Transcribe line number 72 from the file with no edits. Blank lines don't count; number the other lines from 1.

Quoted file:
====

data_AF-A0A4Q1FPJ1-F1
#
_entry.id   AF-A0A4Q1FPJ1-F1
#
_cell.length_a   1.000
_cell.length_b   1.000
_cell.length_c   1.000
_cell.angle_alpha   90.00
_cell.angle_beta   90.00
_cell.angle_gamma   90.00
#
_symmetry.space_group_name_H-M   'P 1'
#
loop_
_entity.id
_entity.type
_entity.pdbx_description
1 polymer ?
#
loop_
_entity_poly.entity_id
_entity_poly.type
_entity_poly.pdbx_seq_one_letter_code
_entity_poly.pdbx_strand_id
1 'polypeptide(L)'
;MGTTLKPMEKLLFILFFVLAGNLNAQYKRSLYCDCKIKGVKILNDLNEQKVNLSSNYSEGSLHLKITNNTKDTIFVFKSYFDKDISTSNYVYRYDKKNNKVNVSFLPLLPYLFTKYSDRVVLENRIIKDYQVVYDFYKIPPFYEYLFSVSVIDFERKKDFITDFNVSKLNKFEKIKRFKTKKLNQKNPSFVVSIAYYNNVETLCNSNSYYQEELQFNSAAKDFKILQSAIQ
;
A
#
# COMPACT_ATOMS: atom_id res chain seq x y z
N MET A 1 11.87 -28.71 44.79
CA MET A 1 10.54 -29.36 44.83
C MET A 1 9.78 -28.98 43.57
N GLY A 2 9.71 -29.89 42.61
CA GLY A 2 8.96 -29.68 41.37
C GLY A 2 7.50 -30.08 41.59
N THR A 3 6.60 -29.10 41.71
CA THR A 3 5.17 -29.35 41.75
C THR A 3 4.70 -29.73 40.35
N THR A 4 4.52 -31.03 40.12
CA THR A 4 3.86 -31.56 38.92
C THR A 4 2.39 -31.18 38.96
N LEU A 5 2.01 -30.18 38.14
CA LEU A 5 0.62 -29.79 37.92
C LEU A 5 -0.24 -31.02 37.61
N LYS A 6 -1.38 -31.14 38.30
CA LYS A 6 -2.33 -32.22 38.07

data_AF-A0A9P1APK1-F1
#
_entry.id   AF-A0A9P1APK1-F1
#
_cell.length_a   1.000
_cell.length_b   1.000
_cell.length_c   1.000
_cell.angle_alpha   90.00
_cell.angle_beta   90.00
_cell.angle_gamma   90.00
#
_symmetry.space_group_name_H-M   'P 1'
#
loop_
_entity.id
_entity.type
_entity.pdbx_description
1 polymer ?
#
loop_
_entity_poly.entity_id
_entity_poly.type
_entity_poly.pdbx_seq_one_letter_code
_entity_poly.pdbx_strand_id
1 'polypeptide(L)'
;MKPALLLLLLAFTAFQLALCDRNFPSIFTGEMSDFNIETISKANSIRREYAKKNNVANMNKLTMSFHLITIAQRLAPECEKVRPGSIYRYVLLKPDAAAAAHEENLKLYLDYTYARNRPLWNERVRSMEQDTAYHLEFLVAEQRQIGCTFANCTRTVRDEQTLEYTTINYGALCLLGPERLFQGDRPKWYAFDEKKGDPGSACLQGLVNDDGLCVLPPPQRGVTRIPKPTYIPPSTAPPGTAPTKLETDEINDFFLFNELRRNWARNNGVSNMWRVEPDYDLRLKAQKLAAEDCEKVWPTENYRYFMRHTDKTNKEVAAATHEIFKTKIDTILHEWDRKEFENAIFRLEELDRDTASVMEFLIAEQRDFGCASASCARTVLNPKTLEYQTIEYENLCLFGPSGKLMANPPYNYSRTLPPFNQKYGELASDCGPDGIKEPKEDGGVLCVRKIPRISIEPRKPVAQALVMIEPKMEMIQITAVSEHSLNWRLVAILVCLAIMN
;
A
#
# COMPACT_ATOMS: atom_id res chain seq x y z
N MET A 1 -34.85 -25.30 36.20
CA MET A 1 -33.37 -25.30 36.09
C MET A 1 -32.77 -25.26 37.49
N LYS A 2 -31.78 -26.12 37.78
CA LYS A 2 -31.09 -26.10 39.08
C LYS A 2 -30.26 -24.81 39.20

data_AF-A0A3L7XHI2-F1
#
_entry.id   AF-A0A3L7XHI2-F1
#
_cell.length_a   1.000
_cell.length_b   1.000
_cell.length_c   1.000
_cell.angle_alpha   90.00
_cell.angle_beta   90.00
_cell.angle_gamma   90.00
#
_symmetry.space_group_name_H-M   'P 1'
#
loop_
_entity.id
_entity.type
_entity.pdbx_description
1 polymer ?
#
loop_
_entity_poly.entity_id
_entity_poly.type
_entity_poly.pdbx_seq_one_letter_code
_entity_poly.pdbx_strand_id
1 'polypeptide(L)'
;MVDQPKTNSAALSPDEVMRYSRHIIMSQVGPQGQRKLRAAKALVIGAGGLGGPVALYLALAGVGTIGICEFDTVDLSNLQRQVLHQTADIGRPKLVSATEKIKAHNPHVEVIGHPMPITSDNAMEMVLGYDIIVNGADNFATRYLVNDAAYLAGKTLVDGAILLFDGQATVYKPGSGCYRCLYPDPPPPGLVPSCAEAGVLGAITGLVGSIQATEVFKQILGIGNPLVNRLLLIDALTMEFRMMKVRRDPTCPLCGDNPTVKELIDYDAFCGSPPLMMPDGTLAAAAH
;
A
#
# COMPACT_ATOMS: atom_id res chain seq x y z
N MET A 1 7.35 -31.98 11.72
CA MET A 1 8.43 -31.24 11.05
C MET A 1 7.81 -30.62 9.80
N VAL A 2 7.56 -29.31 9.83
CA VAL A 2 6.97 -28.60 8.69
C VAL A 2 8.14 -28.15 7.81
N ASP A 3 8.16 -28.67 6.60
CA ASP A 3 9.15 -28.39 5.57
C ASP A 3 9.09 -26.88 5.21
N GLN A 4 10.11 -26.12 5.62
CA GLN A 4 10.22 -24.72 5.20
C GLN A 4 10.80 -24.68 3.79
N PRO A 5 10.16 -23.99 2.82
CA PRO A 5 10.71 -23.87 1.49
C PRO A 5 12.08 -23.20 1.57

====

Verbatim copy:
1 'polypeptide(L)'